You don’t have to be a rockhound to get something out of the Flagg Gem and Mineral Show, says organizer Ray Grant. It’s designed to appeal to people other than hard-core hounds.
“If people have the slightest interest, they can come out and learn a lot,” says Grant, chairman of the Arizona Mineral and Mining Museum, which sponsors the weekend event. “I think it’s a great opportunity.”
What’s more, that opportunity comes at the bargain price of “free,” he points out.
“We don’t charge admission and we don’t charge for parking,” he says.
The event, in the west parking lot of Mesa Community College, will have more than 80 booths manned by dealers and local clubs, he said.
Also on display will be three stone tablet treasure maps from the 1800s, which some say lead to the Lost Dutchman Mine.
Because organizers of this year’s event put an emphasis on children, the tablets inspired a treasure hunt for children ages 3 to 7, Grant says. The winner of the hunt, which will take place throughout the weekend, gets the grand prize of a class trip to the Arizona Mineral and Mining Museum.
Kids can also start their own mineral collection with specimens given away or sold inexpensively by local rock clubs.
“There’s a lot for everyone to do, but especially for kids,” he said.
Mardy Zimmerman of Tempe, treasurer of the Arizona Leaverites, said her club’s mission is to get children interested in geology. The club has long had a booth offering children the chance to fill an egg carton with 12 specimens (from 300 collected by the club) for $1.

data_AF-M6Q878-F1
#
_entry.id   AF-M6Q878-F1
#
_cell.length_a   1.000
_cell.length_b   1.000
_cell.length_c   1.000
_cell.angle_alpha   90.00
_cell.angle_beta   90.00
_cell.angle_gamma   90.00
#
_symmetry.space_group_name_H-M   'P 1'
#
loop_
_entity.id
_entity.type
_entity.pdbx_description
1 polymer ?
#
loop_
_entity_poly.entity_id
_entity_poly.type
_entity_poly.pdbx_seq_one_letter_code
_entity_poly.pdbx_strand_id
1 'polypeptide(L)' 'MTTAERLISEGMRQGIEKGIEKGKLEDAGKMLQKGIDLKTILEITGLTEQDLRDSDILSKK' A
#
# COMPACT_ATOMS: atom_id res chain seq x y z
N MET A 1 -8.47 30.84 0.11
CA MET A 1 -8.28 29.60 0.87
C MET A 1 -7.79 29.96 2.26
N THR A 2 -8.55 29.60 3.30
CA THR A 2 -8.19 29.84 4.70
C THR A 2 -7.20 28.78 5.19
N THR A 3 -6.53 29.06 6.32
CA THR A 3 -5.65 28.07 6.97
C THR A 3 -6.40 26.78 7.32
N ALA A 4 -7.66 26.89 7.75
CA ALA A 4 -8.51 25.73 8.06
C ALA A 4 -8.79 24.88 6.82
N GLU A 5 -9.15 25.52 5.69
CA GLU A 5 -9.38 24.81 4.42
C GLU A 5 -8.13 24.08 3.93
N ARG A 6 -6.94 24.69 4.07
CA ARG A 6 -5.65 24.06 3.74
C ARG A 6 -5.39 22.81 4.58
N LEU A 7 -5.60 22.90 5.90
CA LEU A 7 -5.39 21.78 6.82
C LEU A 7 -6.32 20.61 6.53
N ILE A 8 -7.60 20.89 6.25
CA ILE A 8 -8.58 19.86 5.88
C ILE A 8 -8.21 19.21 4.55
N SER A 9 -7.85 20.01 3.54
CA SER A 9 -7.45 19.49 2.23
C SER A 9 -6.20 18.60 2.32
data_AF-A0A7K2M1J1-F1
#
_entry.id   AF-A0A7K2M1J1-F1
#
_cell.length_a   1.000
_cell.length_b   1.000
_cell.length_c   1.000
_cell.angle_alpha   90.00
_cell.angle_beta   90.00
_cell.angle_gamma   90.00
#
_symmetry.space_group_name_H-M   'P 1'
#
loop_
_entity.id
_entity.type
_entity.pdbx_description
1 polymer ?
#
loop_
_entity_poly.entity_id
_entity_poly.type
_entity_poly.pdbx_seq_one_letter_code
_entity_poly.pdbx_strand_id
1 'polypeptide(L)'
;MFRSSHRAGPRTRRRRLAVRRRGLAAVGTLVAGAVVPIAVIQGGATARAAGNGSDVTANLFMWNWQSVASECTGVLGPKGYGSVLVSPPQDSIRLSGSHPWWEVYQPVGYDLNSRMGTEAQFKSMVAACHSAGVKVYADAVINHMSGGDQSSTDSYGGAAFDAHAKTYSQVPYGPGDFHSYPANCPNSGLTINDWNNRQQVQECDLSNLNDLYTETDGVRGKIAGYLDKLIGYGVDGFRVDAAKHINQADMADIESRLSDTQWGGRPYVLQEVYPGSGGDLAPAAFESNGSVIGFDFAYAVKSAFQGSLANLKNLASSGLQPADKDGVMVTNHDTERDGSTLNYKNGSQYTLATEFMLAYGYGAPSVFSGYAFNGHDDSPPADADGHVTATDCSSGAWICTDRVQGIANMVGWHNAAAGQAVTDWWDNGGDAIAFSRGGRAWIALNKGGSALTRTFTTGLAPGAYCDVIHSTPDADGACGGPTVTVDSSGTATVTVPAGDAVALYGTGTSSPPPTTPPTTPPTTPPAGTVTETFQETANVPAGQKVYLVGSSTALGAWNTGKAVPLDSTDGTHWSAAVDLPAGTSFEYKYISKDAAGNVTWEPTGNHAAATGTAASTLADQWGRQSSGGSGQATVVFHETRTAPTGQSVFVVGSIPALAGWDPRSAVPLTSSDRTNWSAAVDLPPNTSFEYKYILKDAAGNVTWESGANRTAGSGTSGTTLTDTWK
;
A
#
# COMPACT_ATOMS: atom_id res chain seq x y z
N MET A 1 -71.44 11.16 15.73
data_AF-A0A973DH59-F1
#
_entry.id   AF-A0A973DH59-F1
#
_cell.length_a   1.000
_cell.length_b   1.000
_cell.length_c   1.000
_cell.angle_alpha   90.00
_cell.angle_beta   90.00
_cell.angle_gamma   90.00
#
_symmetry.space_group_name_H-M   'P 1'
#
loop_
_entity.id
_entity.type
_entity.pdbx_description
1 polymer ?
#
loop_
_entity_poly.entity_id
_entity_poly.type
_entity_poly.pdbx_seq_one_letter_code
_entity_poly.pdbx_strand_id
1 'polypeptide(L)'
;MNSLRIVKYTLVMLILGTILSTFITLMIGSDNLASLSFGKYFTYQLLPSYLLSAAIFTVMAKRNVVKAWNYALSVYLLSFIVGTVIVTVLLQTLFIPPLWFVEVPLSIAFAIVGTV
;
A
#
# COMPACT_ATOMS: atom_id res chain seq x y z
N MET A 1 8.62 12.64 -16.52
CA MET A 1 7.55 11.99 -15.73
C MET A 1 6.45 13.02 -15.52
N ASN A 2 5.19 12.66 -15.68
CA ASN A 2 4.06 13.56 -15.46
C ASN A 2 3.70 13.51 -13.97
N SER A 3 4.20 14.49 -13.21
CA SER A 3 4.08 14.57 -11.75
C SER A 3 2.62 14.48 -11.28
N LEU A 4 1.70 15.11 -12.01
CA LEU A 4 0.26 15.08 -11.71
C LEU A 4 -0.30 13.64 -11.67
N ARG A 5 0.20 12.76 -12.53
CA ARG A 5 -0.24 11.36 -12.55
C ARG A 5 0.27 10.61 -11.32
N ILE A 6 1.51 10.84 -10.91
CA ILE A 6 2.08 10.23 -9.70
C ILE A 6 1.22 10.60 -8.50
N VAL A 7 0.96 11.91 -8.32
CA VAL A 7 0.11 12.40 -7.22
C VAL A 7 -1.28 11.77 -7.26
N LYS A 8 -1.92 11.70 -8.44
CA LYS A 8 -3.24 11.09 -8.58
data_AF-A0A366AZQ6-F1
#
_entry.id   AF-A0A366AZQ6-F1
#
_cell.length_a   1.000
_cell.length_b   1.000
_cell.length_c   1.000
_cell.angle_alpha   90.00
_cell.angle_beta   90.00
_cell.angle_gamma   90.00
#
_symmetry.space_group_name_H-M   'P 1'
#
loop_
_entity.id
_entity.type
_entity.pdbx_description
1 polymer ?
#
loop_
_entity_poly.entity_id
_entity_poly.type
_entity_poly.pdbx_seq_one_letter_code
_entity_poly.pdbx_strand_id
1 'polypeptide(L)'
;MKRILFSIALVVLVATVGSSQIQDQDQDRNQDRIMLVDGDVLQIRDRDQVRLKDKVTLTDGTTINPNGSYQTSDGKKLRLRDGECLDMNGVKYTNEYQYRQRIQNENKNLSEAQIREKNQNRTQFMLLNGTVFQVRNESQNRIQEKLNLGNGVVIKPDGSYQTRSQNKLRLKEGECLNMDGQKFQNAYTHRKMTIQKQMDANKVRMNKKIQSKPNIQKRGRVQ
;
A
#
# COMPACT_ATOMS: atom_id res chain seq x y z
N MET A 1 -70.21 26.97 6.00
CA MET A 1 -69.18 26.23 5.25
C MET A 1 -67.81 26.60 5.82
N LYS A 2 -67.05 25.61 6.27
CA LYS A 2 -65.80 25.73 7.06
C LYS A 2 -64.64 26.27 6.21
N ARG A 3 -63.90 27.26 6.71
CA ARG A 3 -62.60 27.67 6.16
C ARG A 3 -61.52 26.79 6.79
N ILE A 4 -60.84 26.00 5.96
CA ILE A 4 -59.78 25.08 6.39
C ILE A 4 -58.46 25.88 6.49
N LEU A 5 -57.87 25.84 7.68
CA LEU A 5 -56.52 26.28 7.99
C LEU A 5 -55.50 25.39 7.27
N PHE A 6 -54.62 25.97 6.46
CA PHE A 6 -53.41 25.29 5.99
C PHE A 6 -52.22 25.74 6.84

“It’s a fun presentation,” Zimmerman says. “We have kids come back year after year to add to their collection.”
In fact, they’ve had about a dozen kids who started their collections at the $1 booth go on to join the club, and two who started there go on to become geologists. Other groups at the show have similar success stories, which has made it a hit for the past 36 years, she says.
“This is a fun show for people who are just starting,” she says.
Start your hunt
You don’t have to go far to find rocks, says Mardy Zimmerman of Tempe, treasurer of the Arizona Leaverites club. There’s a lot of hounding to be done in and around the East Valley. Remember to avoid trespassing and, when on public land, follow laws on what you can take from where — there are limits to how much you can take of some minerals, Zimmerman says.
The dry river beds of Maricopa County are great places to find rocks — especially bits of quartz, says Zimmerman. “The dry washes are great. All sorts of stuff ends up in there when the rivers run.”
In Queen Creek you can find striped marble. “It’s beautiful: striped green and pink and beige,” she says.
Between Apache Junction and Superior you can find so-called desert roses, a white rock called chalcedony that’s a kind of quartz.
Between Superior and Globe you’ll find copper. “There are a lot of copper mines out there. You can’t go into the mines, of course, but you’ll find places where people started digging and abandoned,” she says.
Between Mesa and Payson on state Route 87 you’ll find large granite boulders, says Zimmerman, and near those boulders you’ll find small pieces of granite, usually speckled black and white.
36th annual Flagg Gem and Mineral Show
When: 9 a.m. to 5 p.m. today through Sunday
Where: Mesa Community College west parking lot, 1833 W. Southern Ave.
Information: (480) 814-9086 or azminfun.com